An honor guard on white horses clopped along Beacon Street, backed by fife-and-drum music. More than a thousand Freemasons in Masonic aprons and regalia marched toward the State House. Top officials stood at attention for a 19-gun salute that echoed across Boston Common and beyond.
Beacon Hill was engulfed in historical pageantry and celebration Wednesday as a new generation returned to the past in preparation for the future — a 1795 time capsule, recently unearthed, was placed back in the cornerstone of the golden-domed State House.
The ceremony was anchored by the physical piece of history, a direct link to the early days of the Commonwealth. The time capsule, filled with a collection of coins, one dating to the 1600s, a copper George Washington medal, and a silver plaque commemorating the building of the State House, was first placed in the cornerstone by Governor Samuel Adams and Paul Revere on July 4, 1795.
What makes the time capsule so unusual, Governor Charlie Baker said in remarks to the gathering of officials, nearly 500 schoolchildren visiting the State House, and throngs of onlookers gawking at the spectacle from Beacon Street, “is it’s not an interpretation from an historian, it’s not a passage in a textbook, it’s the story that our predecessors in that revolutionary time wanted us to know and understand.”
Baker, the state’s 72d governor, offered a meditation on “our future,” and everyone’s small place in the long sweep of history. “What will history reveal about us? About the decisions we made . . . and how we chose to live our lives?” he wondered aloud. “How will we aspire to be great and to carry on the legacy of our forefathers?”
Secretary of State William F. Galvin, who moderated the event, also tied the ceremony to the values that animated Adams and Revere.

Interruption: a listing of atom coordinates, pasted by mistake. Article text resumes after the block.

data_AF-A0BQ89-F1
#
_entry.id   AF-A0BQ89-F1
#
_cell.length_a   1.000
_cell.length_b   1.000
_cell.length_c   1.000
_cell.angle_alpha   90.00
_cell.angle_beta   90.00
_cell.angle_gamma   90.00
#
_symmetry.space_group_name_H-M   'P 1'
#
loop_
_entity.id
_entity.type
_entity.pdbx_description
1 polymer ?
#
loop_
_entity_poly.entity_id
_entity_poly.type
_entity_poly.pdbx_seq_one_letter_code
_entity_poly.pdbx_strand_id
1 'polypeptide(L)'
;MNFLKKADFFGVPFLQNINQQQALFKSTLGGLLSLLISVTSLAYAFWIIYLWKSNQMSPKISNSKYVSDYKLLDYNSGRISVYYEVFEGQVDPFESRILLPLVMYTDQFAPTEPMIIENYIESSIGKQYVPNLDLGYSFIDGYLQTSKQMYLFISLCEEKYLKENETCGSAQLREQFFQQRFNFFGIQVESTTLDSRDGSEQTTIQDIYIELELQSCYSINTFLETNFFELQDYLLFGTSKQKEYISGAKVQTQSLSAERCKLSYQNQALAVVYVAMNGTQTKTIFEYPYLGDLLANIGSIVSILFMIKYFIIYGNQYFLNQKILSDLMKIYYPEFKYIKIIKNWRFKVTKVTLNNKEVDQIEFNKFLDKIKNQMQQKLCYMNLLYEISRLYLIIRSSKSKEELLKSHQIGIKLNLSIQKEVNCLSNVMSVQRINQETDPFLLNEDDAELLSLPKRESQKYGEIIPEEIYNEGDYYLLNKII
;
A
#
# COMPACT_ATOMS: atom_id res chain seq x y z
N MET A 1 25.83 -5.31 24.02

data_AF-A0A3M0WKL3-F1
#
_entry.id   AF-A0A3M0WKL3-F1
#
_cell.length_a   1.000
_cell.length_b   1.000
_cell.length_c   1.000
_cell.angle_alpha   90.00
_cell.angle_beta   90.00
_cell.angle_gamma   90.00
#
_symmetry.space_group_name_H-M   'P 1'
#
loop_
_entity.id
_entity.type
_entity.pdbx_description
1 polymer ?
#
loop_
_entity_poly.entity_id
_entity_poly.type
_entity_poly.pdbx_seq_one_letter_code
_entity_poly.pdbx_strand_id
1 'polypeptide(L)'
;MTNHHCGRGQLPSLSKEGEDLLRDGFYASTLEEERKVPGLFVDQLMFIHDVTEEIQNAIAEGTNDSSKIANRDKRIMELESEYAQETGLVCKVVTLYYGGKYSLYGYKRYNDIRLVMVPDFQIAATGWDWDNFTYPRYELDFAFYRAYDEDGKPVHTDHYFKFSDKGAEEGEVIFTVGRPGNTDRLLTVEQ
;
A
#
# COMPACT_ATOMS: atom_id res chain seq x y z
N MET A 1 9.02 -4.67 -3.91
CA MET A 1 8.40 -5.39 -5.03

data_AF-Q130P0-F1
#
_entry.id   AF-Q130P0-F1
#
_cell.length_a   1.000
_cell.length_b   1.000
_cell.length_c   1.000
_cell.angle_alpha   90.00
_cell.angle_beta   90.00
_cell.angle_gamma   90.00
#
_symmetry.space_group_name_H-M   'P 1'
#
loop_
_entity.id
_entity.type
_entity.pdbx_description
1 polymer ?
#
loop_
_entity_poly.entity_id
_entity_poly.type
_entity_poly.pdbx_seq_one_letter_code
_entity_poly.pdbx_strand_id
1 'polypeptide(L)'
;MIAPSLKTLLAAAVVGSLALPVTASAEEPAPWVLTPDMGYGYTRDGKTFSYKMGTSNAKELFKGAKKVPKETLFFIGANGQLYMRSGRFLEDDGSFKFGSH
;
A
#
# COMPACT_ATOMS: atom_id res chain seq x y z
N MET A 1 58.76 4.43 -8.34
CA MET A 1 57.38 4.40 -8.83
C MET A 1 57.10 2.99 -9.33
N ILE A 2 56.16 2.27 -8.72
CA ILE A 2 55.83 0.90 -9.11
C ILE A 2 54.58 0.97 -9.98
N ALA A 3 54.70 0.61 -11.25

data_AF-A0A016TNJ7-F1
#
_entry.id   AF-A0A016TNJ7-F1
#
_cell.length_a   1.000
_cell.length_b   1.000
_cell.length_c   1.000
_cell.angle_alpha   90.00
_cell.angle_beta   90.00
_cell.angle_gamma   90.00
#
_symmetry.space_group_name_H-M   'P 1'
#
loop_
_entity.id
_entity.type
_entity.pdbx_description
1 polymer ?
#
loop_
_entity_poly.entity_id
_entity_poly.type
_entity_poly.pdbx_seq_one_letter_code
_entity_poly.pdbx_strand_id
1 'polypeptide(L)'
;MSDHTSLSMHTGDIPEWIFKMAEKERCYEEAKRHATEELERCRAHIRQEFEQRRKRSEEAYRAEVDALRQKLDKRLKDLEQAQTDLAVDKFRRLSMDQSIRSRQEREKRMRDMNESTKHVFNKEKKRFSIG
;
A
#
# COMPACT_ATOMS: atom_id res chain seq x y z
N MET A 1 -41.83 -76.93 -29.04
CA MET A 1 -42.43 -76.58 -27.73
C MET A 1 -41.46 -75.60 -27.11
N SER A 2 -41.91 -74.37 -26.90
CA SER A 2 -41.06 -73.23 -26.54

“That spirit, that led to a revolution that created a country,” Galvin said, “and that led to a state that led a country, is still alive today. And it’s that spirit that we commemorate.”
Revere, as Grand Master of Masons of Massachusetts in 1795, conducted a Masonic Cornerstone Ceremony in the same manner as the one conducted more than two centuries later by Harvey J. Waugh, who now bears the same title.
“Today, we are living history,” Waugh said before leading Wednesday’s ceremony, which included pouring corn, wine, and oil on the cornerstone.
The time capsule was unearthed during construction in 1855 and reinterred that year in a brass box that included some newspapers and coins of the day, other items, and a new inscription on the plaque.
It was rediscovered last year during a State House project and gingerly excavated in December by Pamela Hatchfield, head of objects conservation at the Museum of Fine Arts.
After being displayed at the MFA, the relics were put in a new, higher-tech box (stainless steel filled with humidified Argon gas for preservation purposes, according to a statement from Galvin’s office) along with some additional items from the modern day: a set of 2015 US coins and a new silver plaque commemorating the ceremony, with the names of Waugh, Baker and other officials.
On Wednesday at about 9:30 a.m., the Spirit of America Fife and Drum Corps in traditional uniforms began playing Colonial-era medleys. Soon after, an honor guard of six National Lancers on horses made their way up Park Street to Beacon Street and the State House. They were followed by four Clydesdales pulling a white wagon carrying a replica cornerstone. And behind the wagon were more than 1,000 Freemasons. The crowd — and especially the schoolchildren, many waving small US flags — appeared riveted by it all.
After the singing of the national anthem, other observances, and remarks from officials, Waugh and a group of Grand Lodge of Massachusetts officers performed the elaborate, traditional ceremony on the building’s front steps.
After the pouring of corn, wine, and oil — emblems of nourishment, refreshment, and joy, respectively — on the cornerstone, it ended with a prayer from a grand chaplain of the Grand Lodge, the Right Worshipful Rev. Richard E. Haley.
“May the structure herein to be dedicated,” he said, “rise in beauty and strength and be preserved to the latest of ages, a monument to the liberty, the patriotism, and the loyalty of the people for those whose service it is now dedicated.”
Then the time capsule was placed in the cornerstone, which was sealed shut for its return to the State House foundation Thursday. There are no plans to open it again.
Event over, the hundreds of schoolchildren began preparing to leave a ceremony best encapsulated by the words on T-shirts worn by most of them: “TIME TO GO BACK.”